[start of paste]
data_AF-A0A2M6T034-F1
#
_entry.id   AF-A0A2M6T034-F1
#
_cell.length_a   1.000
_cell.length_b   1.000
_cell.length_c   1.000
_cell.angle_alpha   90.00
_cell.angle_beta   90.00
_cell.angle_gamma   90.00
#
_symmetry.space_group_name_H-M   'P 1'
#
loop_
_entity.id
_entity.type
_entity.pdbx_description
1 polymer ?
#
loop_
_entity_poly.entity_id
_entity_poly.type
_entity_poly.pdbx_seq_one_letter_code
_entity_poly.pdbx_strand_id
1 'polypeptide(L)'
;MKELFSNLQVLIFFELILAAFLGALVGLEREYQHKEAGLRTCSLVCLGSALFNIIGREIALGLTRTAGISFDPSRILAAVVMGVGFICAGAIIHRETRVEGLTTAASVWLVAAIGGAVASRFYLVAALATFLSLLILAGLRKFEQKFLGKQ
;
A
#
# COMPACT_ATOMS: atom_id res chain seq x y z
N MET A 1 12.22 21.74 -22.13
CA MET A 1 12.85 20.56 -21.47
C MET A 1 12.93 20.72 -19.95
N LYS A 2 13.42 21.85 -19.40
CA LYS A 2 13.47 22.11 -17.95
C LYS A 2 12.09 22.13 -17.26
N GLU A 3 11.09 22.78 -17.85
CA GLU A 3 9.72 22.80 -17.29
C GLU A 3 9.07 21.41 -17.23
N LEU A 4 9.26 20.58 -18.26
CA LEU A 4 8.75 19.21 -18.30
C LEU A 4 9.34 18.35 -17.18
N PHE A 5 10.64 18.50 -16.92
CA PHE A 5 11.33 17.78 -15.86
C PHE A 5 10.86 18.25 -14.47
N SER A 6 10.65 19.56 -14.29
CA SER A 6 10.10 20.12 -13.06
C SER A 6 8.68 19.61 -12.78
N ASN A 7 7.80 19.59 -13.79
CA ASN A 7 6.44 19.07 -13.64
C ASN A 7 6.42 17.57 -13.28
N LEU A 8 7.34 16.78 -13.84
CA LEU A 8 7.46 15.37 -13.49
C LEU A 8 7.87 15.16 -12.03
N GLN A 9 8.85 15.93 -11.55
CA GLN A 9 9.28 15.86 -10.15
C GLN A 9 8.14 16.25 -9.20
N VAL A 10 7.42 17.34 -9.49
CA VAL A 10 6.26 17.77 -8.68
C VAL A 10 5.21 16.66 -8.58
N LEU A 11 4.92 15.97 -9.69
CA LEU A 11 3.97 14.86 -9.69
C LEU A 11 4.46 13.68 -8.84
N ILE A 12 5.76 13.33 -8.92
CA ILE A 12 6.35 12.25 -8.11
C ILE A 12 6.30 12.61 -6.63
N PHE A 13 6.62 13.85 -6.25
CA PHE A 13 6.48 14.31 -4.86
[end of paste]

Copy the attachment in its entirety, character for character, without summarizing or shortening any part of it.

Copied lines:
data_AF-A0A2M6T034-F1
#
_entry.id   AF-A0A2M6T034-F1
#
_cell.length_a   1.000
_cell.length_b   1.000
_cell.length_c   1.000
_cell.angle_alpha   90.00
_cell.angle_beta   90.00
_cell.angle_gamma   90.00
#
_symmetry.space_group_name_H-M   'P 1'
#
loop_
_entity.id
_entity.type
_entity.pdbx_description
1 polymer ?
#
loop_
_entity_poly.entity_id
_entity_poly.type
_entity_poly.pdbx_seq_one_letter_code
_entity_poly.pdbx_strand_id
1 'polypeptide(L)'
;MKELFSNLQVLIFFELILAAFLGALVGLEREYQHKEAGLRTCSLVCLGSALFNIIGREIALGLTRTAGISFDPSRILAAVVMGVGFICAGAIIHRETRVEGLTTAASVWLVAAIGGAVASRFYLVAALATFLSLLILAGLRKFEQKFLGKQ
;
A
#
# COMPACT_ATOMS: atom_id res chain seq x y z
N MET A 1 12.22 21.74 -22.13
CA MET A 1 12.85 20.56 -21.47
C MET A 1 12.93 20.72 -19.95
N LYS A 2 13.42 21.85 -19.40
CA LYS A 2 13.47 22.11 -17.95
C LYS A 2 12.09 22.13 -17.26
N GLU A 3 11.09 22.78 -17.85
CA GLU A 3 9.72 22.80 -17.29
C GLU A 3 9.07 21.41 -17.23
N LEU A 4 9.26 20.58 -18.26
CA LEU A 4 8.75 19.21 -18.30
C LEU A 4 9.34 18.35 -17.18
N PHE A 5 10.64 18.50 -16.92
CA PHE A 5 11.33 17.78 -15.86
C PHE A 5 10.86 18.25 -14.47
N SER A 6 10.65 19.56 -14.29
CA SER A 6 10.10 20.12 -13.06
C SER A 6 8.68 19.61 -12.78
N ASN A 7 7.80 19.59 -13.79
CA ASN A 7 6.44 19.07 -13.64
C ASN A 7 6.42 17.57 -13.28
N LEU A 8 7.34 16.78 -13.84
CA LEU A 8 7.46 15.37 -13.49
C LEU A 8 7.87 15.16 -12.03
N GLN A 9 8.85 15.93 -11.55
CA GLN A 9 9.28 15.86 -10.15
C GLN A 9 8.14 16.25 -9.20
N VAL A 10 7.42 17.34 -9.49
CA VAL A 10 6.26 17.77 -8.68
C VAL A 10 5.21 16.66 -8.58
N LEU A 11 4.92 15.97 -9.69
CA LEU A 11 3.97 14.86 -9.69
C LEU A 11 4.46 13.68 -8.84
N ILE A 12 5.76 13.33 -8.92
CA ILE A 12 6.35 12.25 -8.11
C ILE A 12 6.30 12.61 -6.63
N PHE A 13 6.62 13.85 -6.25
CA PHE A 13 6.48 14.31 -4.86